You can always switch to one of those editors to modify the geometry or properties associated with it. When you have run a simulation, any results from the calculation are automatically deleted when you make a modification. The display and plot settings are adjusted accordingly. For example, if you did select a shaded plot of pressures, RTM-Worx will switch to the default hidden surface plot when simulation results are no longer available but remember your settings and activate them when you rerun the calculation. The three editors will be described in detail in the following sections.

[top] 3.1.2 Editing keypoints

You start with building the model by defining keypoints. You need keypoints to:

  • Define specific locations, typically the corners of your part and a minimum number of vertices to specify a curved edge.
  • Assign injection ports and venting ports, which are actually keypoints with specific properties assigned to them that are needed in the calculation. Any keypoint can be turned into an injection or venting port and vice versa by changing its properties.
  • Force local mesh refinement. Adding keypoints on curves will lead to local refinement of the generated mesh, because the mesh size is locally determined by the size of the curve segments. The drawback is that you get badly shaped elements in coarser meshes generated with a lower bound that is larger than the distance between the keypoints.

There are several methods to generate keypoints:

  1. Enter the coordinates and create keypoints with [Add] in the Keypoint Editor.
  2. Copy existing points with the [Copy] command at a specified offset in the Keypoint Editor.
  3. Generate additional keypoints on a curve with the [Split] command in the Curve Editor.

Keypoints are displayed immediately after they are created. If you don't see anything, verify whether keypoint plotting is turned on (render toolbar or Render menu), and check the zoom factor and position.

The Keypoint editor Control panel is shown below:

List of selected keypoints, used in [Del], [Move], [Copy] and [Apply] commands. The same list is used in the Curve editor.
[Del] removes selected points. [Add] adds a keypoint at the (x, y, z) coordinates..
(x, y, z) coordinates. Enter coordinates here for new points. Updated when you select a new keypoint (without Shift or Ctrl down).
[Move] translates the selected keypoints by the offset (dx, dy, dz). [Copy] creates new points from selected points at the offset (dx, dy, dz).
Offset for [Move] and [Copy] commands. If you select a new keypoint, those fields are updated with the old contents of the (x, y, z) edit fields minus the coordinates of the new keypoint.
Properties are used to define venting and injection ports. Select the property you want to assign to the currently selected keypoint(s) here.
The [Find] command selects all keypoints with specified properties. [Apply] assigns the current properties to all selected Keypoints.

You can select existing keypoints by typing their numbers in the Keypoints list, or by selecting them by the mouse. Hold down the Shift key when clicking to select multiple keypoints.

If you select keypoints, either by clicking them with the mouse or typing in the keypoint list, the coordinates of the new point are automatically entered in the (x, y, z) edit fields, the (dx, dy, dz) fields are updated with the difference between the old coordinates and the new ones, and the Properties are shown. This automatic updating is not done if:

  • You hold Shift or Control down when you select a keypoint with the mouse.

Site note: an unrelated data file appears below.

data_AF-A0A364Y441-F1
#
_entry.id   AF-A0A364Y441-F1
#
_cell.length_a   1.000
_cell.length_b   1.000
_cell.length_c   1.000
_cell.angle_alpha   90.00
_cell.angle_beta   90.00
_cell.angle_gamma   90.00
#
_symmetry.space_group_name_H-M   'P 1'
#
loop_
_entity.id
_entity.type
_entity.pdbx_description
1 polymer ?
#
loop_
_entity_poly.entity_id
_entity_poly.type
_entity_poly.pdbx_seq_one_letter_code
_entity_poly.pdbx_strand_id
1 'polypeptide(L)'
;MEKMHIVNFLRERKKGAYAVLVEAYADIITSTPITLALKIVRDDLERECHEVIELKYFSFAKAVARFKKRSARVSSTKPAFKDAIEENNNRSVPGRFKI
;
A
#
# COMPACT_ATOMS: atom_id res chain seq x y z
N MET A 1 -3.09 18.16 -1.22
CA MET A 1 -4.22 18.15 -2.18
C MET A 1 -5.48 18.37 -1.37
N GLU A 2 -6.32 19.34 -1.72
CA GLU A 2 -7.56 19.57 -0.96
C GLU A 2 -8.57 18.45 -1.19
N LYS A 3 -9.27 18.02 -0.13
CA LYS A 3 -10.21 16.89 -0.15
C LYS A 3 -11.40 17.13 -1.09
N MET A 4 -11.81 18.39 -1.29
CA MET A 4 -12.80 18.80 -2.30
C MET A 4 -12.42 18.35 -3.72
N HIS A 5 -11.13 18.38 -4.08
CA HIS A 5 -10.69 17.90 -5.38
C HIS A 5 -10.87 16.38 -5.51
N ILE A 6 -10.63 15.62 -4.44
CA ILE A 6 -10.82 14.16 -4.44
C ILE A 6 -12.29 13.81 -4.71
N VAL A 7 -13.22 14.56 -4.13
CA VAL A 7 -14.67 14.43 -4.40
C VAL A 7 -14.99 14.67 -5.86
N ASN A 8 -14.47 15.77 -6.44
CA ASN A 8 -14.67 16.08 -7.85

• The keypoint you typed in the Keypoints field is not the first one.

The [Move] and [Copy] commands are only enabled when the offset (dx, dy, dz) is fully specified and no keypoint already exists at the location defined by the selected point(s) and the offset.

If you add a keypoint, it will receive the current properties. Properties for existing keypoints are only updated if you changed them by issuing the [Apply] command. The [Apply] button will be disabled when there is no difference between the displayed properties and the properties of the selected keypoints.

The [Del] command will delete all selected keypoints with the exception of keypoints that are used as end vertex by a single curve or shared by more than two different curves. Two curves that are connected by the keypoint that is deleted will be merged into one single curve. When the curves are part of a surface boundary, they will only be merged when the boundary contains four or more curves. Otherwise, the curves will not be merged, and the keypoint is not deleted. You can work around this by splitting one of the other boundary curves before you delete the keypoint. Those rules make it safe to delete any keypoint without destroying the topology of the model, although it does not guarantee that the geometry represents a valid object, neither are there any restrictions.

[top] 3.1.3 Injection and venting ports

Before you run a simulation, you need to define the location of injection ports. Otherwise, when you start the simulation nothing happens! Venting ports, where resin leaves the mold, can also be defined but are not necessary to run the simulation. You might actually want to use the simulation to determine the location of venting ports and any venting ports already defined may undesirably influence the way the part fills. Any keypoint can be used to define an injection or venting port by simply changing its properties. If you want to put an injection port at a location where you don't have a keypoint, create a keypoint by using the [Split] commands in the Surface and Curve editors and move it to the desired place with the [Move] command in the Keypoint editor. For a venting port, you need to define the moment it opens and when it closes. In addition, for an injection port, the pressure and/or flow rate must be defined (otherwise the injection port will behave like a venting port).